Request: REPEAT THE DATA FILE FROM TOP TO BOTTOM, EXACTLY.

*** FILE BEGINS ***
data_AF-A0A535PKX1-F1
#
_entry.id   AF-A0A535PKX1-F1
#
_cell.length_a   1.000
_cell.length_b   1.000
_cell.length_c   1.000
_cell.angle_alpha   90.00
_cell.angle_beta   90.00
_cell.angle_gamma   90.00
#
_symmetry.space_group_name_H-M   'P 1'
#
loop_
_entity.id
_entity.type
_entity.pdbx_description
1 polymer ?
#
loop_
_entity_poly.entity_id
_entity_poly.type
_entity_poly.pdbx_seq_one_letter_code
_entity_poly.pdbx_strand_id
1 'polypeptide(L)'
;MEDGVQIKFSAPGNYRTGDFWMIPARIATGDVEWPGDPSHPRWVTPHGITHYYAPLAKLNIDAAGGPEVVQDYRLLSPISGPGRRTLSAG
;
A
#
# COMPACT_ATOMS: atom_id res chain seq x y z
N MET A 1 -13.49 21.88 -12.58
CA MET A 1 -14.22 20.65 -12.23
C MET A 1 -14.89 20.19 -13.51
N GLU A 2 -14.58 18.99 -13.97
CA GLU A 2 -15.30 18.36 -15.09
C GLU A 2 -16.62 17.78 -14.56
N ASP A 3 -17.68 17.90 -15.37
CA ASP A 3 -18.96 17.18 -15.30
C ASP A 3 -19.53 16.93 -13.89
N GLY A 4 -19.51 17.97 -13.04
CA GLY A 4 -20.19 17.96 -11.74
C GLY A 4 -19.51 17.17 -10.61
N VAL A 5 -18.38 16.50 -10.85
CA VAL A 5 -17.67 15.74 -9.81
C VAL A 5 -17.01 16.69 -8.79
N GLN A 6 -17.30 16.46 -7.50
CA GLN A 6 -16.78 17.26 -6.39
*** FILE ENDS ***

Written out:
data_AF-A0A535PKX1-F1
#
_entry.id   AF-A0A535PKX1-F1
#
_cell.length_a   1.000
_cell.length_b   1.000
_cell.length_c   1.000
_cell.angle_alpha   90.00
_cell.angle_beta   90.00
_cell.angle_gamma   90.00
#
_symmetry.space_group_name_H-M   'P 1'
#
loop_
_entity.id
_entity.type
_entity.pdbx_description
1 polymer ?
#
loop_
_entity_poly.entity_id
_entity_poly.type
_entity_poly.pdbx_seq_one_letter_code
_entity_poly.pdbx_strand_id
1 'polypeptide(L)'
;MEDGVQIKFSAPGNYRTGDFWMIPARIATGDVEWPGDPSHPRWVTPHGITHYYAPLAKLNIDAAGGPEVVQDYRLLSPISGPGRRTLSAG
;
A
#
# COMPACT_ATOMS: atom_id res chain seq x y z
N MET A 1 -13.49 21.88 -12.58
CA MET A 1 -14.22 20.65 -12.23
C MET A 1 -14.89 20.19 -13.51
N GLU A 2 -14.58 18.99 -13.97
CA GLU A 2 -15.30 18.36 -15.09
C GLU A 2 -16.62 17.78 -14.56
N ASP A 3 -17.68 17.90 -15.37
CA ASP A 3 -18.96 17.18 -15.30
C ASP A 3 -19.53 16.93 -13.89
N GLY A 4 -19.51 17.97 -13.04
CA GLY A 4 -20.19 17.96 -11.74
C GLY A 4 -19.51 17.17 -10.61
N VAL A 5 -18.38 16.50 -10.85
CA VAL A 5 -17.67 15.74 -9.81
C VAL A 5 -17.01 16.69 -8.79
N GLN A 6 -17.30 16.46 -7.50
CA GLN A 6 -16.78 17.26 -6.39